We stopped for lunch at The Wateringhole, down at Perranporth, “the only bar on the beach in the UK”. It was closed that day so we pitched up at a picnic table on the sheltered veranda, took out our sandwiches and watched the occasional red-legged runner go past battling the wind.
It’s a whole different place on a balmy summer’s night when it becomes a gathering place for the day’s surfers and sun-worshippers. Loud, bustling, filled with hoards of summer tourists, huge tv screens and live music; you’d never know how fragile it is in winter, susceptible to flooding and being buried under storm blown sands. It’s had to be dug out on several occasions over the last few years.
There are steep cliffs to climb out of Perranporth, with endless stone steps that burn the legs and lungs of the uninitiated. And there are more to come at Trevellas Combe.
The ground changes from muddy, sandy paths to loose stony tracks that wind their way around an increasing number of tin and arsenic mine workings. The cliffs at Cligga Head are stained red with iron, pockmarked with tunnel openings high above the beach, with an impressive protrusion of greisen rock that towers above the coast path, folded and veined like a closed fan.
The path drops down steeply into the combe at Trevellas where you can explore the old buildings of Blue Hills mine, but at this point we were only a mile or so from the end of our first hike and hanging around in the freezing cold didn’t seem like a lot of fun, despite the prospect of the energy sapping trek up out of Trevellas.
Katie made it look easy enough and told me about a technique she learnt from a fell running instructor in Snowdonia. The trick is to really engage the glutes, she said. I thought a better trick would be to sit down and just send her off for mule.
When you finally get to the top of the cliffs with your legs screaming it’s an easy mile or so walk to the next cove at St Agnes, past Wheal Kitty and its surreal mine spoils, to a junction of paths. You can either head down into the cove and the welcoming Driftwood Spars, an old pub that serves craft ales and cider made on the premises, or take the other track back up into the village with all its amenities. We headed back to St Agnes village and the warmth of Katie’s kitchen, where the dogs crashed out and we drank hot coffee, totally exhilarated.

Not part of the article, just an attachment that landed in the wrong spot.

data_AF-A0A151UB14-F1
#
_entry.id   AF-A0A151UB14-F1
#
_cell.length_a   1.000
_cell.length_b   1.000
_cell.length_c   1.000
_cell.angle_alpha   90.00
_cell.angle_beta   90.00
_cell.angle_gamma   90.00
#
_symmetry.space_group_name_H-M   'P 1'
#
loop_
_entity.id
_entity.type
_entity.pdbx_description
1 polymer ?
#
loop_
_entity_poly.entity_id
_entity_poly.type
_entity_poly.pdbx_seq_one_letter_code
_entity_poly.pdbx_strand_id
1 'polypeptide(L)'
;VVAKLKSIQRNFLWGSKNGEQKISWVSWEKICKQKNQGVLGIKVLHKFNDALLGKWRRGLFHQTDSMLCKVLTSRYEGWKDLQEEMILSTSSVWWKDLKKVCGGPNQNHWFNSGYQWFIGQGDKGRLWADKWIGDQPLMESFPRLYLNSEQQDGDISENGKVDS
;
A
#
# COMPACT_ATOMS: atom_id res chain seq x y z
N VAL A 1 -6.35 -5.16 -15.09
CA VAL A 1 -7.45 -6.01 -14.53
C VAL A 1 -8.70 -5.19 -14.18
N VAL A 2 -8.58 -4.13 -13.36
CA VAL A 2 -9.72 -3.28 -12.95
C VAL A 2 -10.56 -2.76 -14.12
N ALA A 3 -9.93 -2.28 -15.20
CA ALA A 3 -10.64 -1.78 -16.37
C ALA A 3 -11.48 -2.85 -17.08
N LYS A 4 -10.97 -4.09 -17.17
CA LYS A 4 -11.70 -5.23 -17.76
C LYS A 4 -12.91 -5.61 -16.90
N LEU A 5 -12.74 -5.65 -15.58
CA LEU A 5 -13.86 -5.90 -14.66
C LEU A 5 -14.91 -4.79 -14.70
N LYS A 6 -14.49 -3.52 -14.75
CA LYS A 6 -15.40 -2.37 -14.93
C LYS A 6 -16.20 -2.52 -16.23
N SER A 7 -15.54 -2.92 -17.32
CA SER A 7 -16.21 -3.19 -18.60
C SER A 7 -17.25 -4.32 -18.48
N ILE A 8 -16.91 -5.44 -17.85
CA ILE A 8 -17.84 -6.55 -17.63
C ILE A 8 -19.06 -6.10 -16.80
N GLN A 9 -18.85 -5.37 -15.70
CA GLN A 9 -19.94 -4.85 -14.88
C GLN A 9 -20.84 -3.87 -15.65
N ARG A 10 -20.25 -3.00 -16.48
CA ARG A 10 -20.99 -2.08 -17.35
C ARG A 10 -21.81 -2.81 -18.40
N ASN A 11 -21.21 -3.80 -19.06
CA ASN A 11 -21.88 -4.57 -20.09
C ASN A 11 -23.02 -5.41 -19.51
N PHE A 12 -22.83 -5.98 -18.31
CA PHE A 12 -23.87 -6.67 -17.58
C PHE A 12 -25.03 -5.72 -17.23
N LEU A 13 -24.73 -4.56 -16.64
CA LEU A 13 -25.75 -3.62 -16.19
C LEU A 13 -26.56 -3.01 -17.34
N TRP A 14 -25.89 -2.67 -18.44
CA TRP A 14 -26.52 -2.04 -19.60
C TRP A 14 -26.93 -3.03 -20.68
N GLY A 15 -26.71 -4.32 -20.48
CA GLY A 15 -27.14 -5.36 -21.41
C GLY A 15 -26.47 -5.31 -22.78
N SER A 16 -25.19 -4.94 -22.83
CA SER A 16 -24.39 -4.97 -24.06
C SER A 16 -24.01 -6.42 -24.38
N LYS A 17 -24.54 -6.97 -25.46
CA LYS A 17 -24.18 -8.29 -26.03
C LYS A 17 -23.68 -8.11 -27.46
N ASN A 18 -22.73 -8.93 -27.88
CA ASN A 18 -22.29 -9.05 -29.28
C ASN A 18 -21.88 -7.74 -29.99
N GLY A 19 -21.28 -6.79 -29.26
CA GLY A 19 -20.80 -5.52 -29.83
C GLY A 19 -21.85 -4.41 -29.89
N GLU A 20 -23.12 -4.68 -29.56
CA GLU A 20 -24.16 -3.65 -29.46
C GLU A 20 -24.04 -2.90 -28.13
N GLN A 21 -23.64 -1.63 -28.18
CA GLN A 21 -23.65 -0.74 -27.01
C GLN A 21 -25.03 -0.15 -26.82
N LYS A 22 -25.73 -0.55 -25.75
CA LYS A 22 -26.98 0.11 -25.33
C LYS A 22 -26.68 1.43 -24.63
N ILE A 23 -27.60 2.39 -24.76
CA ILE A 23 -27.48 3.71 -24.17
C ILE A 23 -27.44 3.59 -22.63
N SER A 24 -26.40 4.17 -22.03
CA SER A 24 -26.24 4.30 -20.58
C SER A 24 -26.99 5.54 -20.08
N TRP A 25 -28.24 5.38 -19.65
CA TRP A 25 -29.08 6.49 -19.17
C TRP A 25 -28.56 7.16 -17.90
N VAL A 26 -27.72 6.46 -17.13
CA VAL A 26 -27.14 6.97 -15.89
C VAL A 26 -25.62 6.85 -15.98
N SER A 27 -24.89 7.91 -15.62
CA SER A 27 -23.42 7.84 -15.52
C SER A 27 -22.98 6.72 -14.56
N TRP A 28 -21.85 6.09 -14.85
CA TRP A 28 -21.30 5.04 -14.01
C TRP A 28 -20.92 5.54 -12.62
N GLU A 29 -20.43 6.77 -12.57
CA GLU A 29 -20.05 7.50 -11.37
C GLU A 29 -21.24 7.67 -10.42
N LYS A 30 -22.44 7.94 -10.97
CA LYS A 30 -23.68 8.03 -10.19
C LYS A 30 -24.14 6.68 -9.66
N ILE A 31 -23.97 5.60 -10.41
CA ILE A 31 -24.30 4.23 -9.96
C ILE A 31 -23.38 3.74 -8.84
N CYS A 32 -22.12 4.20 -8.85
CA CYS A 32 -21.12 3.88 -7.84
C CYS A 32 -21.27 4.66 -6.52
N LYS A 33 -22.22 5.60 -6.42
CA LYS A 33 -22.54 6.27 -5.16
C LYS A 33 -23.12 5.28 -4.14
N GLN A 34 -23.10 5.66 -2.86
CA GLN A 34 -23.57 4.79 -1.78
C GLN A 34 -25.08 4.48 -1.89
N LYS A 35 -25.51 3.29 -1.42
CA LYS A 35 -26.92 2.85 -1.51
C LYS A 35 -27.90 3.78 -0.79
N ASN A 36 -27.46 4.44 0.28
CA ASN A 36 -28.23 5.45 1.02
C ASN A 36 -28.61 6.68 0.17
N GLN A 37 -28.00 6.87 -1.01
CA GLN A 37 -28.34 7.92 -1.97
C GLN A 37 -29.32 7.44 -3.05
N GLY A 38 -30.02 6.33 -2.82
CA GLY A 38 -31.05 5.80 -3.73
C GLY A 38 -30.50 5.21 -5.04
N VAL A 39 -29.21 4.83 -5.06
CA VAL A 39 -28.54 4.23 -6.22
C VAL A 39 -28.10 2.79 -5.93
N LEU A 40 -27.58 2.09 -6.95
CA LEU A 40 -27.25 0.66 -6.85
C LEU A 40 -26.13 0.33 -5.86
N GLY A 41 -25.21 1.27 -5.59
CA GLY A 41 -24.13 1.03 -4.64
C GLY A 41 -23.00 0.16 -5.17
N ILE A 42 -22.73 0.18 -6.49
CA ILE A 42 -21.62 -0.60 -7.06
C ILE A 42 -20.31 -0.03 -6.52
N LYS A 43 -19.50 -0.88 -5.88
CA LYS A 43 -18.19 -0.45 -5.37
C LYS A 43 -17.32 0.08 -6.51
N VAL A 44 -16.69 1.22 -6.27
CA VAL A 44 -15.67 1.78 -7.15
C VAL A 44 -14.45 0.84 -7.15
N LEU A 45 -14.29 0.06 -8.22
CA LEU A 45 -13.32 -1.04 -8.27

It turns out you don't need to start a section-hike somewhere with a memorable name after all. Just stick a pin in anywhere along your route and get out there, because you'll never forget your first day. Especially one like ours.
It was invigorating; the quickly changing weather added more drama than you’d get in a production of Hamlet. One minute we’d have our heads down with our hands sheltering our cheeks from the whipping rain coming in off the sea, and then as it passed we’d look up at a rainbow and a vast horizon that stretched on for miles.
It’s a dramatic stretch of coastline with moderately challenging terrain in places and plenty of stunning views and interest all the way. And in the winter months you can pretty much claim all that expansiveness for yourself.
Penhale Sands is the largest sand dune system in Cornwall, home to numerous rare plants including lichen and mosses, and a designated Sight of Special Scientific Interest (SSSI). The conservation area within the army camp is particularly rich, due to years of restricted public access. Cornwall Wildlife Trust manage the site today.
Venture off the beach for a wander in the dunes and you’ll discover the remains of St Piran’s Oratory, an early Christian chapel that was buried in the sands for centuries. St Piran is the patron saint of Cornwall (and tinners) and the Chapel marks the spot he reputedly landed on the Cornish coast. On a millstone all the way from Ireland. As you do.